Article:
Courbe warns that this approach is really just a stop-gap strategy. Nevertheless, the front-end experience has the biggest impact on consumers and how they perceive their banking provider’s brand, so it makes sense for banks and credit unions to get busy pouring dollars into an improved CX. For some banks and credit unions — those that either don’t have the stomach or the budget for full digital transformation at this time — it may be the best alternative. They can at least remain competitive by appearing to be digital.
However, without integration between the front and back ends, you probably won’t realize the cost savings that ultimately make a digital-first strategy so attractive. If you’re not careful, all you may accomplish is adding costs to maintain a new front end — trapped in a into a quasi-digital environment where you’re constantly struggling to retrofit workflows and adapt processes in ways for which they were never originally designed.
Bottom Line: A front-end approach may seem penny-wise but pound-foolish, yet it still may be the right strategy for some banks and credit unions.
Wrap + Digitize: Gradual Iteration
This path replaces the front end with a digital experience for consumers while acknowledging that the underlying legacy systems have to go… at least eventually. With this approach, you fix the front end and create a roadmap outlining how and when you will retire your aging systems and replace them with new digital solutions. You get the big bang impact from revamping your front end while establishing a timetable for complete digital transformation.
Taking this path, PwC says banks and credit unions can use application program interfaces (APIs) to integrate data across product groups and functions. This integration layer gives employees a 360-degree view of the customer and sets the stage for modular, “plug and play” capabilities. With data integrated across the organization, the organization can become more agile. Instead of multiple sites for banking, cards, and lending, customers can have access to all of their accounts with a single sign-on. And employees can quickly turn data into real insights, customer interactions are more tailored to them. This bank has truly committed to transforming itself.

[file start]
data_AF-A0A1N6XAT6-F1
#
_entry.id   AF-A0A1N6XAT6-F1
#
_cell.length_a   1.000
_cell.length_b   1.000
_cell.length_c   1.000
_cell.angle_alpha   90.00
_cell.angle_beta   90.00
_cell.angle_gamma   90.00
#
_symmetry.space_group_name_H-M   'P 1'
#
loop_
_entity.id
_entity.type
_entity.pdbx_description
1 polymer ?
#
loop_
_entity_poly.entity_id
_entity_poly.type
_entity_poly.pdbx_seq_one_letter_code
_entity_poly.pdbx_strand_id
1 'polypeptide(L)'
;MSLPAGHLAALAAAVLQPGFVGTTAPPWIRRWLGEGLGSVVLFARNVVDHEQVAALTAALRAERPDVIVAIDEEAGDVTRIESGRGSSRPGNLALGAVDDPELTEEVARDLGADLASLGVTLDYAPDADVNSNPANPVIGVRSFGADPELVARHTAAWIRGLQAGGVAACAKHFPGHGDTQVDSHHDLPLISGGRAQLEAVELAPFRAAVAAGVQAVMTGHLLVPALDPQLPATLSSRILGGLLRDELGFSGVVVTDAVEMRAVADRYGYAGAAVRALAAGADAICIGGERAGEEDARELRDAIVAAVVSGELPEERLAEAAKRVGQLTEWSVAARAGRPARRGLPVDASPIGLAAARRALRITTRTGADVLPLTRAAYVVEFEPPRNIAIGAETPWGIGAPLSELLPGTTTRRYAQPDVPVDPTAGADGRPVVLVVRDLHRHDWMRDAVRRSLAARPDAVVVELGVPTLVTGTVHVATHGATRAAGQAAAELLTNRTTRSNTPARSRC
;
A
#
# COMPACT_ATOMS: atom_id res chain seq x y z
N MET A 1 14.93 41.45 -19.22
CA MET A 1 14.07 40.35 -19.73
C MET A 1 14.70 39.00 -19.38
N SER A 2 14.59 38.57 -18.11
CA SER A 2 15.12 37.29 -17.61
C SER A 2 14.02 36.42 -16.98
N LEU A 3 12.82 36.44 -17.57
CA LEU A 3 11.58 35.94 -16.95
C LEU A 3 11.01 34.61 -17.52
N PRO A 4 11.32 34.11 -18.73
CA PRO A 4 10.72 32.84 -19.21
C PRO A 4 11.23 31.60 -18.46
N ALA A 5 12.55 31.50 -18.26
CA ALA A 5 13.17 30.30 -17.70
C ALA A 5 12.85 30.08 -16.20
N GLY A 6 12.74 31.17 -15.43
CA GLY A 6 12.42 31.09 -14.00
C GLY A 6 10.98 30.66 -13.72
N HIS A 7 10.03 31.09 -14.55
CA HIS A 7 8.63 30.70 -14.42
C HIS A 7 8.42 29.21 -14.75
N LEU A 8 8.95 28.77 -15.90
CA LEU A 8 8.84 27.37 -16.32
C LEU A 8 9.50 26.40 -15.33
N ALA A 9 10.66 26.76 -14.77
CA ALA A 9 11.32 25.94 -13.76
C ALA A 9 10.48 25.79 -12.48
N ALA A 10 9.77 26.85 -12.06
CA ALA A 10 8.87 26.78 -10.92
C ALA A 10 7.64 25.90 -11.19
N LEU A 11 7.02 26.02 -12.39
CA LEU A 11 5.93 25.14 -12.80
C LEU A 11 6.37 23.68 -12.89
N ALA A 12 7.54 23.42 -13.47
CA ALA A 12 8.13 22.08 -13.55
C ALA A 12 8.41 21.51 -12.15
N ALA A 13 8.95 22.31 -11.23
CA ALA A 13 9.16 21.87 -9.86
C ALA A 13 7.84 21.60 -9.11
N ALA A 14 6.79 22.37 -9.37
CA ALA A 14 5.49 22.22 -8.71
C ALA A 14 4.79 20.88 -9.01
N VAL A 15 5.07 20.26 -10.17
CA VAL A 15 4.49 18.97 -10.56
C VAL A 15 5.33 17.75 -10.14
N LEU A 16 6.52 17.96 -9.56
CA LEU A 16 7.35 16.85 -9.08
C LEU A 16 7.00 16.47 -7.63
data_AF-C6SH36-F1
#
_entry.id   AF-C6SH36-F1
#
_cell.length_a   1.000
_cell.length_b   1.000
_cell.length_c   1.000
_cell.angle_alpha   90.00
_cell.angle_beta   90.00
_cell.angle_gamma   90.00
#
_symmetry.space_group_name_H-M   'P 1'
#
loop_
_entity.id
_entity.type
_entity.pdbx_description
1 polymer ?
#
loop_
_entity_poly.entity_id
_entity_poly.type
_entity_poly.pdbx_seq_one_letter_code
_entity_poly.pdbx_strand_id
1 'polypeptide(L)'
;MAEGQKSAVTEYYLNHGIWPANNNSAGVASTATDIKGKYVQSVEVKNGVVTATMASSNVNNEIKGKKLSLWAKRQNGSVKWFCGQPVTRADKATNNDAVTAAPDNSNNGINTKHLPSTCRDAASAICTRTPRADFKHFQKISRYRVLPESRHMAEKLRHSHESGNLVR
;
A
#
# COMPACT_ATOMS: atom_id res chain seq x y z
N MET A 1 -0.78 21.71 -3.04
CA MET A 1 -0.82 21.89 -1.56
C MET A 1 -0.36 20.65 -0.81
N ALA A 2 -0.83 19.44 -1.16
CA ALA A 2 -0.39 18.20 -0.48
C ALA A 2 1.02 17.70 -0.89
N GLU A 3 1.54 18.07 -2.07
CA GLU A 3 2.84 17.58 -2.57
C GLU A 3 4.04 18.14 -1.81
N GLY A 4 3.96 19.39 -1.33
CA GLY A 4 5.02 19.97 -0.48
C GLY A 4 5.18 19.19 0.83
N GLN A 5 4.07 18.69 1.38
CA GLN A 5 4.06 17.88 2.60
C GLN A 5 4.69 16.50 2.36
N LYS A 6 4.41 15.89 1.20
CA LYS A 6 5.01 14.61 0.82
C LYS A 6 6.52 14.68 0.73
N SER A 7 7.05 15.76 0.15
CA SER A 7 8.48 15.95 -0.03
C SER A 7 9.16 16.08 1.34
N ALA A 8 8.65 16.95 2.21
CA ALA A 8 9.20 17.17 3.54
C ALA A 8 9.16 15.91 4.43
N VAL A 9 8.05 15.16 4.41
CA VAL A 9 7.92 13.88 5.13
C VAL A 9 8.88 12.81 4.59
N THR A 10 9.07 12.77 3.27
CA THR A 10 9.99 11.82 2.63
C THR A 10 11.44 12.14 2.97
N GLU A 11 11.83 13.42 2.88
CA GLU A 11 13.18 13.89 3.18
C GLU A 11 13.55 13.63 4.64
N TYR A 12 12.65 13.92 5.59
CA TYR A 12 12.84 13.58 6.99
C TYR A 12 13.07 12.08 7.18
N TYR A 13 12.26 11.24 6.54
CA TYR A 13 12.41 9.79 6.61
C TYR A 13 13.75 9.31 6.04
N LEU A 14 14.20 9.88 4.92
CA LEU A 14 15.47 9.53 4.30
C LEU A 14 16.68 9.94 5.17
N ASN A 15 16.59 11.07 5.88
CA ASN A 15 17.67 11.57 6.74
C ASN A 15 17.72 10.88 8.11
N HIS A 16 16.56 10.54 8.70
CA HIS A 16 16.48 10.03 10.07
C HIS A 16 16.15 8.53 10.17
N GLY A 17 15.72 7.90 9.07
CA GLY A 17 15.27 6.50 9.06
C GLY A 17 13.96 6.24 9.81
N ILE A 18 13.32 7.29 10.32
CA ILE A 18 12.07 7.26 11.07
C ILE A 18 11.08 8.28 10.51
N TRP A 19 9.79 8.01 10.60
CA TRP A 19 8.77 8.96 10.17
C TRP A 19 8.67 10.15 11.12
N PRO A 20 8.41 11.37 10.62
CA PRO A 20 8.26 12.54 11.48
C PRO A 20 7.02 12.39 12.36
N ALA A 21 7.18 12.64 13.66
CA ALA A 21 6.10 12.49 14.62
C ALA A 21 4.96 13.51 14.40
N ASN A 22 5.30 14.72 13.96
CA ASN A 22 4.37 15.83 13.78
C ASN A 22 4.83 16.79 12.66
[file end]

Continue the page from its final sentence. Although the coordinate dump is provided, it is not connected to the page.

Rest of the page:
Bottom Line: The wrap and digitize approach yields a consumer experience that tends to be better than the front-end only path, but the transformation process can drag out over many years. Each improvement is made one by one, so it takes time to tackle all your processes. On the flip side, the costs are spread out, making it a more affordable approach and more attractive to management teams who are concerned that they may be disrupting too much at one time. This is a great option for banks and credit unions that need to take a more gradual approach.
- Digital Transformation: Blending Design and Data in Banking
- Digital Transformation in Banking: Iteration vs. True Innovation
Going Digitally Native: Reinvent From The Ground Up
Some banks and credit unions choose to go all in. With this strategy, the management team typically starts over by defining the “minimally viable bank,” one that will offer just a handful of products. A basic retail bank, for example, might focus on deposits, payments, or lending. Many financial institutions pursuing this approach have decided to create an entirely new digital arm — a separate arm with its own consumer-facing brand that may eventually overtake the legacy brand.